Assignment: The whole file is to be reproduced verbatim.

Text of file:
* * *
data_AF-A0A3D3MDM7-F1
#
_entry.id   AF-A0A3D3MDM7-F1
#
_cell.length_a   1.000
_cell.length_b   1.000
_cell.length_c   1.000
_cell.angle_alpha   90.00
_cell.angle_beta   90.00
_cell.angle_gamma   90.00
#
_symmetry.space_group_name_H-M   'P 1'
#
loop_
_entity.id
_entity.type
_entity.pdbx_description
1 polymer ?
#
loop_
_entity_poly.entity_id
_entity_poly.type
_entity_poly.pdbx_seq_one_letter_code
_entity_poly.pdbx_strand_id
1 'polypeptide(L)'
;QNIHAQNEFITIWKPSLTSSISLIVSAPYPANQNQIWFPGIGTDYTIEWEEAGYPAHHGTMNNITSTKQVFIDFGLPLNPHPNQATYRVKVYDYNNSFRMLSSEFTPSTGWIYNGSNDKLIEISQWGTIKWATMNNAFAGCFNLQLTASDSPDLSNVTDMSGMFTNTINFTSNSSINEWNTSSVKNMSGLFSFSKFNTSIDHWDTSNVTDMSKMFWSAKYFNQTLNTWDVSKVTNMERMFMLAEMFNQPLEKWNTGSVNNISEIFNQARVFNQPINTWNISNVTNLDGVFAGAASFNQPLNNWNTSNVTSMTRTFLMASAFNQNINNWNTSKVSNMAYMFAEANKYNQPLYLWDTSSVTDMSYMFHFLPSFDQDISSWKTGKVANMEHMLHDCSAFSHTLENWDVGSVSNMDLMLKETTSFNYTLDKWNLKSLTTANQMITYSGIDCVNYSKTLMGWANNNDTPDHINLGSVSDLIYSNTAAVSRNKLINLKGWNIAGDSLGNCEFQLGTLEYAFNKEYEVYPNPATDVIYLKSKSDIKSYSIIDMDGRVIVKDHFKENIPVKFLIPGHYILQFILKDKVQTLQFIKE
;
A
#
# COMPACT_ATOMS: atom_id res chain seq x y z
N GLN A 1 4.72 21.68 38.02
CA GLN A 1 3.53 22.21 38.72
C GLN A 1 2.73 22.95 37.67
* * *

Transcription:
data_AF-A0A3D3MDM7-F1
#
_entry.id   AF-A0A3D3MDM7-F1
#
_cell.length_a   1.000
_cell.length_b   1.000
_cell.length_c   1.000
_cell.angle_alpha   90.00
_cell.angle_beta   90.00
_cell.angle_gamma   90.00
#
_symmetry.space_group_name_H-M   'P 1'
#
loop_
_entity.id
_entity.type
_entity.pdbx_description
1 polymer ?
#
loop_
_entity_poly.entity_id
_entity_poly.type
_entity_poly.pdbx_seq_one_letter_code
_entity_poly.pdbx_strand_id
1 'polypeptide(L)'
;QNIHAQNEFITIWKPSLTSSISLIVSAPYPANQNQIWFPGIGTDYTIEWEEAGYPAHHGTMNNITSTKQVFIDFGLPLNPHPNQATYRVKVYDYNNSFRMLSSEFTPSTGWIYNGSNDKLIEISQWGTIKWATMNNAFAGCFNLQLTASDSPDLSNVTDMSGMFTNTINFTSNSSINEWNTSSVKNMSGLFSFSKFNTSIDHWDTSNVTDMSKMFWSAKYFNQTLNTWDVSKVTNMERMFMLAEMFNQPLEKWNTGSVNNISEIFNQARVFNQPINTWNISNVTNLDGVFAGAASFNQPLNNWNTSNVTSMTRTFLMASAFNQNINNWNTSKVSNMAYMFAEANKYNQPLYLWDTSSVTDMSYMFHFLPSFDQDISSWKTGKVANMEHMLHDCSAFSHTLENWDVGSVSNMDLMLKETTSFNYTLDKWNLKSLTTANQMITYSGIDCVNYSKTLMGWANNNDTPDHINLGSVSDLIYSNTAAVSRNKLINLKGWNIAGDSLGNCEFQLGTLEYAFNKEYEVYPNPATDVIYLKSKSDIKSYSIIDMDGRVIVKDHFKENIPVKFLIPGHYILQFILKDKVQTLQFIKE
;
A
#
# COMPACT_ATOMS: atom_id res chain seq x y z
N GLN A 1 4.72 21.68 38.02
CA GLN A 1 3.53 22.21 38.72
C GLN A 1 2.73 22.95 37.67